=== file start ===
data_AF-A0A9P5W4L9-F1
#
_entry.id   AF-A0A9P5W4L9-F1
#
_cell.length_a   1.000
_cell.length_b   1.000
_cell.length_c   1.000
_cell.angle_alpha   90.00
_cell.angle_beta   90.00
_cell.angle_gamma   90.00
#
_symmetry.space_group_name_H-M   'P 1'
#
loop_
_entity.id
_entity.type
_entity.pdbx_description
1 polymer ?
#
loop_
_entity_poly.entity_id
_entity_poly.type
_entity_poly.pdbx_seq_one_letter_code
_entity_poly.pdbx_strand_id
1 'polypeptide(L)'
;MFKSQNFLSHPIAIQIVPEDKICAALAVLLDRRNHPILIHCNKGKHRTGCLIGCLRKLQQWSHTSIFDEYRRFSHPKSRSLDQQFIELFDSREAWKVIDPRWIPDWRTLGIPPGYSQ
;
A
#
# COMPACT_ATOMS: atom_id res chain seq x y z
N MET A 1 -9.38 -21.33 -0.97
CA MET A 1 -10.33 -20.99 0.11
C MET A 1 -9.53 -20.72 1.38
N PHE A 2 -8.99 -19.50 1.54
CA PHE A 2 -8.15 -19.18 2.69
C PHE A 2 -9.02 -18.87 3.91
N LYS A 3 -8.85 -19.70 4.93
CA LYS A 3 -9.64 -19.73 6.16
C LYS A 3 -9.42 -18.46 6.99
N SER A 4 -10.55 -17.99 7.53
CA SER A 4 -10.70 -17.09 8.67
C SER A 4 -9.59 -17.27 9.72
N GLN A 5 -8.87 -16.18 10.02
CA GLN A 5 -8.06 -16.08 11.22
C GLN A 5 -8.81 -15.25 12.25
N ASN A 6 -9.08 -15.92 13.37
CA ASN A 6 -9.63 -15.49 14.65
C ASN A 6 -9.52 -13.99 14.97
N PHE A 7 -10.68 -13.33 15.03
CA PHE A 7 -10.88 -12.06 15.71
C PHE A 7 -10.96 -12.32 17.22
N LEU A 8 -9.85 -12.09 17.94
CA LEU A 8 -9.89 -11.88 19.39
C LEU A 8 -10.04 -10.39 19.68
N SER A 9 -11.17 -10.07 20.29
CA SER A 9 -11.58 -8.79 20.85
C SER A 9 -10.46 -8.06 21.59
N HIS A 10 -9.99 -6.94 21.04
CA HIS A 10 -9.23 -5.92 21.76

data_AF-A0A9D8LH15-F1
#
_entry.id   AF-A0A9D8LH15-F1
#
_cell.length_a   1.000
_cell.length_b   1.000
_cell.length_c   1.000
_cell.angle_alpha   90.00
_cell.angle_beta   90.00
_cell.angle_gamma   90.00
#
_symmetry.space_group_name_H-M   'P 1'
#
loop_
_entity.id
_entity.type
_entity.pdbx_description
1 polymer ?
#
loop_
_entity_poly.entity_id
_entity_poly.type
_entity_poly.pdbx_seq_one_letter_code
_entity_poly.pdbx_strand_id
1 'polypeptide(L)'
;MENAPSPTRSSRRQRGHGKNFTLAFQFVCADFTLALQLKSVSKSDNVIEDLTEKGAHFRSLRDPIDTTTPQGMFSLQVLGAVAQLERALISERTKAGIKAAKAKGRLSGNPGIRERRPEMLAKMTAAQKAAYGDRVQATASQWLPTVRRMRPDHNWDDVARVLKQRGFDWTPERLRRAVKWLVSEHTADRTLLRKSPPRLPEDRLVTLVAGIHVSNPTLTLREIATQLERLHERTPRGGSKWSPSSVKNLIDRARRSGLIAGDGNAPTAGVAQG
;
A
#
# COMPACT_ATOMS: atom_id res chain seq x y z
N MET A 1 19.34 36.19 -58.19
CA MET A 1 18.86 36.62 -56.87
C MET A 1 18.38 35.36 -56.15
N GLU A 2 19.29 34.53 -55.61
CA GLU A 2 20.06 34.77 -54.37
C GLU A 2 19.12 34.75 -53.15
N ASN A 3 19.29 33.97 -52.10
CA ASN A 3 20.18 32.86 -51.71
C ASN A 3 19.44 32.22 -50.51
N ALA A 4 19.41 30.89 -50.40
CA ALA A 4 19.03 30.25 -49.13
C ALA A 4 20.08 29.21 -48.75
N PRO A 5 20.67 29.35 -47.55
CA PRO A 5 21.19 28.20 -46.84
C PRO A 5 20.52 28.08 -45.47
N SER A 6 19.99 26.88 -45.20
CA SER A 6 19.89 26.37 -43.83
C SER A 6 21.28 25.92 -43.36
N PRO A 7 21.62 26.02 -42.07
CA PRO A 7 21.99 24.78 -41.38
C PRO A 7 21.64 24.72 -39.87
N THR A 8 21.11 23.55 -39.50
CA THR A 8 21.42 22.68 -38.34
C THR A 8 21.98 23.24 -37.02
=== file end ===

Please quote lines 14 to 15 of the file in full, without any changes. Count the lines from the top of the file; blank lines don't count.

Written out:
loop_
_entity.id